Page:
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Why ObamaCare Doesn’t Expand the Democratic Party Base
Posted By Daniel Greenfield On April 26, 2014 @ 1:31 pm In The Point | 4 Comments
The New York Times wonders why ObamaCare is so politically toxic and it misses the point.
When Franklin D. Roosevelt established Social Security, he created generations of loyal Democrats. When Lyndon B. Johnson signed Medicare into law, he built on that legacy, particularly with older Americans. And when George W. Bush instituted a new prescription drug benefit for Medicare, it helped reclaim elderly voters for Republicans.
But President Obama’s Affordable Care Act, the $1.4 trillion effort to extend health insurance to all Americans, is challenging the traditional calculus about government benefits and political impact.
The difference is between what ObamaCare was sold as and what it really does.Social Security and Medicare buried costs and provided benefits to groups not previously on them.
ObamaCare does the opposite. It dumps its costs on everyone while limiting its benefits primarily to those who are already on the Democratic Party plantation.
Congressmen expected a whole bunch of people to fall in love with ObamaCare. Instead a lot of angry people have been forced to pay more for health insurance, others have gone through the hassle of shifting over insurance, and traditional Dem bases have signed up for Medicaid.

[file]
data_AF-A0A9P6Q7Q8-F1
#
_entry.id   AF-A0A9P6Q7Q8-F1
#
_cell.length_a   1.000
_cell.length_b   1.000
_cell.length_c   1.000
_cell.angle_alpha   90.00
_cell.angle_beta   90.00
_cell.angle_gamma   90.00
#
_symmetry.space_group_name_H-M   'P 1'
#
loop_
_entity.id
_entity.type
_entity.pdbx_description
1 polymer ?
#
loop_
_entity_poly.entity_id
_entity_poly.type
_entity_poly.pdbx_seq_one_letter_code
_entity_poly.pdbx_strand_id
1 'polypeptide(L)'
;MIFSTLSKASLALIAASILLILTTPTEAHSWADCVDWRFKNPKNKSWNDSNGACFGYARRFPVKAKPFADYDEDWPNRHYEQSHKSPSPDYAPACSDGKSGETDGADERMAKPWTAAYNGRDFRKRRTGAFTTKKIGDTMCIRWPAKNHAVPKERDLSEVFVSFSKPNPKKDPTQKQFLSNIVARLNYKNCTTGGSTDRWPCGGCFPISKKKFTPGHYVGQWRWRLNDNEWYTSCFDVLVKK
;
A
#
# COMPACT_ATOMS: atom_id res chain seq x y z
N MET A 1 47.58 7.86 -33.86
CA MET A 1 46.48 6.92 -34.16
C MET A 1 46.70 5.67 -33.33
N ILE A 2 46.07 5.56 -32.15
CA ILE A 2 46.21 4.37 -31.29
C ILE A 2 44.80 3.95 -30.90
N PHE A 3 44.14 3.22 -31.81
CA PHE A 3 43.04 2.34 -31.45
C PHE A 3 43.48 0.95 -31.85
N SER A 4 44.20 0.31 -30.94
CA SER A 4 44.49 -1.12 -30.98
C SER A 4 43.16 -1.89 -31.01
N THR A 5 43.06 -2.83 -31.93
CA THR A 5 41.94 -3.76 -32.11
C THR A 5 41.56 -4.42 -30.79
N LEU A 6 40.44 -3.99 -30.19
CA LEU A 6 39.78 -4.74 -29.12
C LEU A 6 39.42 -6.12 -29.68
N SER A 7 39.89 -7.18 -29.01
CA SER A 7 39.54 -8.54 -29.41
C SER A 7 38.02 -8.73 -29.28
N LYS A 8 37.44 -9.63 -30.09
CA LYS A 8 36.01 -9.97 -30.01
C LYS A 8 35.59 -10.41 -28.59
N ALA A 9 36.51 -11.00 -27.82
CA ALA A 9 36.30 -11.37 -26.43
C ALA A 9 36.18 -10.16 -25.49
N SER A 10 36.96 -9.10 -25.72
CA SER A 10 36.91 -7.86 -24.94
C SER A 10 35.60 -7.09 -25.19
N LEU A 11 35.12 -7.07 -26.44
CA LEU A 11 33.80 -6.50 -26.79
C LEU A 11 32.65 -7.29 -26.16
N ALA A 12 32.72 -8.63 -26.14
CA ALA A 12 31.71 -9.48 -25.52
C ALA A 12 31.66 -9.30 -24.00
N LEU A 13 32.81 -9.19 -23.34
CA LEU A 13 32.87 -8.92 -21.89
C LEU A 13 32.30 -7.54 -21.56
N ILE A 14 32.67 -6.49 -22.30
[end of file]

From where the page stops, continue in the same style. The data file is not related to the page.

ObamaCare is a giveaway to Obama voters at the expense of a broader middle class that has already been squeezed too tight. And that’s a political problem.
“I think it is viewed more as a social welfare program than a social insurance program, but that’s not right because it is social insurance,” Mr. Axelrod said.
But that’s exactly what it is. And unlike other welfare programs, it does a poor job of hiding it, and it hijacks something that used to be a tad more equal, and transforms it into a mandatory welfare program.
In a New York Times/CBS News poll in December, just 17 percent of whites said the health law would help them while 41 percent said it would hurt; among blacks, 42 percent said it would help them while 15 percent predicted it would hurt. Four in 10 whites and blacks said it would have no effect on them.
And there you go.
This isn’t a racial animus. It’s not about Obama. It’s about the bottom line. ObamaCare is welfare. It takes from those who work and gives to those who don’t.
It’s not just about race. It’s about the gap between the dependent and the independent. The people who support themselves and the people who take out more than they put in.
And the latter already vote Democrat.
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